Circumpolar star

Northern circumpolar stars appearing to revolve around the north celestial pole. Note that Polaris, the bright star near the center, remains almost stationary in the sky. The north pole star is constantly above the horizon throughout the year, viewed from the Northern Hemisphere. (The graphic shows how the apparent positions of the stars move over a 24-hour period, but in practice, they are invisible in daylight, in which sunlight outshines them.)
Circumpolar star trails in a long-exposure photo of several hours. Note that the stars near the celestial pole leave shorter trails with the long exposure.

A circumpolar star is a star, as viewed from a given latitude on Earth, that never sets below the horizon due to its apparent proximity to one of the celestial poles. Circumpolar stars are therefore visible from said location toward the nearest pole for the entire night on every night of the year (and would be continuously visible throughout the day too, were they not overwhelmed by the Sun's glare).

All circumpolar stars lie within a relative circumpolar circle, whose radius equals the observer's latitude. This was in fact the original meaning of "Arctic Circle", before the current geographical meaning, meaning "Circle of the Bears" (Ursa Major, the Great Bear; and Ursa Minor, the Little Bear), from Greek αρκτικός (arktikos), "near the Bear", from the word άρκτος (arktos) bear.


As Earth rotates daily on its axis, the stars appear to move in circular paths around one of the celestial poles (the north celestial pole for observers in the Northern Hemisphere, or the south celestial pole for observers in the Southern Hemisphere). Stars far from a celestial pole appear to rotate in large circles; stars located very close to a celestial pole rotate in small circles and hence hardly seem to engage in any diurnal motion at all. Depending on the observer's latitude on Earth, some stars – the circumpolar ones – are close enough to the celestial pole to remain continuously above the horizon, while other stars dip below the horizon for some portion of their daily circular path (and others remain permanently below the horizon).

The circumpolar stars appear to lie within a circle that is centered at the celestial pole and tangential to the horizon. At the Earth's North Pole, the north celestial pole is directly overhead, and all stars that are visible at all (that is, all stars in the Northern Celestial Hemisphere) are circumpolar. As one travels south, the north celestial pole moves towards the northern horizon. More and more stars that are at a distance from it begin to disappear below the horizon for some portion of their daily "orbit", and the circle containing the remaining circumpolar stars becomes increasingly small. At the Equator, this circle vanishes to a single point – the celestial pole itself – which lies on the horizon, and there are thus effectively no circumpolar stars at all.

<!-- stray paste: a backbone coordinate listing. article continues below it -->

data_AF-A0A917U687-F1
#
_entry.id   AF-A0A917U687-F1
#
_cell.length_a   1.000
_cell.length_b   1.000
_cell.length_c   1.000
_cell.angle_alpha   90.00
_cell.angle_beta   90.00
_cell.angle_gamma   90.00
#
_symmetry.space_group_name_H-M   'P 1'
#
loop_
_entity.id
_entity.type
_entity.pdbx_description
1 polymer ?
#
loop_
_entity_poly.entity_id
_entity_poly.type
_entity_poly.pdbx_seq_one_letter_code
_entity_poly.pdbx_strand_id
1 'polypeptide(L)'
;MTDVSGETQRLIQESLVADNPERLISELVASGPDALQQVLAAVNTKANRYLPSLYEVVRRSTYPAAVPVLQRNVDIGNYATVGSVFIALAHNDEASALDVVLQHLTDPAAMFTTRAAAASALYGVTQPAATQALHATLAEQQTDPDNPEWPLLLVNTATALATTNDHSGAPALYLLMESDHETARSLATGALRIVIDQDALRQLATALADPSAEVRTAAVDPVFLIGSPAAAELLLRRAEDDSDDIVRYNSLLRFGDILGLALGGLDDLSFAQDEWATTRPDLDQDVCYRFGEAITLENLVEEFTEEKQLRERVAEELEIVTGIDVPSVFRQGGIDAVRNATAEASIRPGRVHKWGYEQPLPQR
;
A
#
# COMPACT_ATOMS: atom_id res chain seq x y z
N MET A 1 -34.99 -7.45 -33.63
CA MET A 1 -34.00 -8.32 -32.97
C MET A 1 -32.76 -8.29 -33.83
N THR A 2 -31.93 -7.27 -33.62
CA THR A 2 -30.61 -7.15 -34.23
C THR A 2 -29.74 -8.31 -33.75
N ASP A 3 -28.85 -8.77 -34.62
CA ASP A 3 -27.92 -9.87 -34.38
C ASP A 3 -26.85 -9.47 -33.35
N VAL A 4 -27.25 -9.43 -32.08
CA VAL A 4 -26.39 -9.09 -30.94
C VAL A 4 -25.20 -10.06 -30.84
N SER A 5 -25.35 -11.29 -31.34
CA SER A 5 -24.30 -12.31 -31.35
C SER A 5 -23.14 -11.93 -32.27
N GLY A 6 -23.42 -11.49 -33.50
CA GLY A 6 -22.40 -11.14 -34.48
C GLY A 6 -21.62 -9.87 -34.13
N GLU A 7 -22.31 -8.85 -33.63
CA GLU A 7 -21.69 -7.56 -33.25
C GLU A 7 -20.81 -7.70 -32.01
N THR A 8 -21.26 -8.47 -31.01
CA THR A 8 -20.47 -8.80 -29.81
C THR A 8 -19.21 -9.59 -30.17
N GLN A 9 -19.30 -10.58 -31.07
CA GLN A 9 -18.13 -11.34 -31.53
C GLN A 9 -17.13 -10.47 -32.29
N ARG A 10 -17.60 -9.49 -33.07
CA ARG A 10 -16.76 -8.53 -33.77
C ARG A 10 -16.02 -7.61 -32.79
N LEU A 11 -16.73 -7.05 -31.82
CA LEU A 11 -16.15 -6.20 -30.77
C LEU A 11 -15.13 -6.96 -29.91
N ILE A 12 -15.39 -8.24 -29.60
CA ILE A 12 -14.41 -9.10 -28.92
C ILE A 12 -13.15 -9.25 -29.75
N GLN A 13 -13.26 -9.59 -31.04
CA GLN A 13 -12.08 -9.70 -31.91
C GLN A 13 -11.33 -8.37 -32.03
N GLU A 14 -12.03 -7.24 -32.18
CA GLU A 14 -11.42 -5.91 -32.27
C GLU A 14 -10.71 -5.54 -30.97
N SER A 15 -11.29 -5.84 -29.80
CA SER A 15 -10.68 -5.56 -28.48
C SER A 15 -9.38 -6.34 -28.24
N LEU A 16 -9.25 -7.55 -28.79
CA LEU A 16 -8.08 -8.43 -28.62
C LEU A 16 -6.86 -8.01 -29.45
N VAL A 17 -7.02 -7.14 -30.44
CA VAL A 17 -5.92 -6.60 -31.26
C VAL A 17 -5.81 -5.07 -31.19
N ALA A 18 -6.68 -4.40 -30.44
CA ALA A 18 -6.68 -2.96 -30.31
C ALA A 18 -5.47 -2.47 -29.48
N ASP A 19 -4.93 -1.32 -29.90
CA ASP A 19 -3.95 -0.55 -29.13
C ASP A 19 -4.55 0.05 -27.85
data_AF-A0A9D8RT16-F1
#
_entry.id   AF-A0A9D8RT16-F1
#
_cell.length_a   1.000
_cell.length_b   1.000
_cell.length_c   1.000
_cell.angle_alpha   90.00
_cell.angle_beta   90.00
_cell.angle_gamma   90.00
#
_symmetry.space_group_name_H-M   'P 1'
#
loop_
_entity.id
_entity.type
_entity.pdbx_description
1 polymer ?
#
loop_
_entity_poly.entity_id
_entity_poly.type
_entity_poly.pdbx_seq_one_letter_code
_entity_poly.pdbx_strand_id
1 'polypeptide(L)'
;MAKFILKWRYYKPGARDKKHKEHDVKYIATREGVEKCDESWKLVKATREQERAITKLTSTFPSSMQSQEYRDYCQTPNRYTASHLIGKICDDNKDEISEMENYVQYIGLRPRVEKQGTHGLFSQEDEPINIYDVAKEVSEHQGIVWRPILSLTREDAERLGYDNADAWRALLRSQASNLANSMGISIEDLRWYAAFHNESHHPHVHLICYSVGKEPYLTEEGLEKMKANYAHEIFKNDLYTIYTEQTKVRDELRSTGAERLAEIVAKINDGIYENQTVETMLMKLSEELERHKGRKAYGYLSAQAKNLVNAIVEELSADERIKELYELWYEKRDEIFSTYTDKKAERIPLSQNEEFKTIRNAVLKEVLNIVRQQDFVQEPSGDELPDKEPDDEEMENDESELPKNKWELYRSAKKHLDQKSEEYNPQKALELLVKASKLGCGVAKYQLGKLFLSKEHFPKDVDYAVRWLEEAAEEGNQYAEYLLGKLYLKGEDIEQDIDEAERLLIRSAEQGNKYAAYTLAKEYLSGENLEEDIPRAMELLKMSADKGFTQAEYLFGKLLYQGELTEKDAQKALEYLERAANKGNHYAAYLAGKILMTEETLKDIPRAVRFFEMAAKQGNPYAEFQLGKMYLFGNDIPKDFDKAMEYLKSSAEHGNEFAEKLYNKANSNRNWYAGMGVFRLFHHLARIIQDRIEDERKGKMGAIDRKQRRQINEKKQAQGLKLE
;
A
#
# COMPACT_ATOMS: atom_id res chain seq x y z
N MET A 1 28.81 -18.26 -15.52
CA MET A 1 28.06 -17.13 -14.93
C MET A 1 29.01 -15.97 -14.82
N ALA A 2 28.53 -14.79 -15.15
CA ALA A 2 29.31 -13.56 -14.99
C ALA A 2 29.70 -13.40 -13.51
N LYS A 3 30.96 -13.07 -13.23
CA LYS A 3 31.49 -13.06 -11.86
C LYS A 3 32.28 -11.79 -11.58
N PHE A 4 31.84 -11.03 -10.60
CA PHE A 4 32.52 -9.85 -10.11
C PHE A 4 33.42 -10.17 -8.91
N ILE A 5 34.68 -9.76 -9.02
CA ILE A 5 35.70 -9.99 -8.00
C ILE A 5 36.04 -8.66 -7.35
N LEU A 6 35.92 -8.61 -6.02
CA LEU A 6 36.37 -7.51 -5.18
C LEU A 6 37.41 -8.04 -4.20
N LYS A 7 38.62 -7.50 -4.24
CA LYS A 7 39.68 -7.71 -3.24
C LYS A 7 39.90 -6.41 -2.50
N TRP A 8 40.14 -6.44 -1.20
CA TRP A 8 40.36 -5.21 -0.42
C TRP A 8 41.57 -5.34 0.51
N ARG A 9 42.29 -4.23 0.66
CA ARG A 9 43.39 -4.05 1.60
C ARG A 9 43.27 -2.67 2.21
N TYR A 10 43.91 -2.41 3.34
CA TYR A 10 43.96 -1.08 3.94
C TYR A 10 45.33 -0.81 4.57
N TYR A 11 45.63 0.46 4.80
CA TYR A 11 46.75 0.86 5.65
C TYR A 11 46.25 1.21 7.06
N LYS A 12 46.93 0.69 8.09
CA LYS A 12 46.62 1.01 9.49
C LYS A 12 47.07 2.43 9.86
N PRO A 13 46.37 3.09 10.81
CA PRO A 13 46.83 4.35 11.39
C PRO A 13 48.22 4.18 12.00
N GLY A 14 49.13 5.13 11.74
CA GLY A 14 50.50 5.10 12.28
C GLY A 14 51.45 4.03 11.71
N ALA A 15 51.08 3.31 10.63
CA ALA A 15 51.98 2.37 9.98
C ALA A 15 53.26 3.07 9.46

As one travels south of the Equator, the opposite happens. The south celestial pole appears increasingly high in the sky, and all the stars lying within an increasingly large circle centered on that pole become circumpolar about it. This continues until one reaches the Earth's South Pole where, once again, all visible stars are circumpolar.

The north celestial pole is located very close to the pole star (Polaris or North Star), so from the Northern Hemisphere, all circumpolar stars appear to move around Polaris. Polaris itself remains almost stationary, always at the north (i.e. azimuth of 0°), and always at the same altitude (angle from the horizon), equal to the observer's latitude. These are then classified into quadrants.

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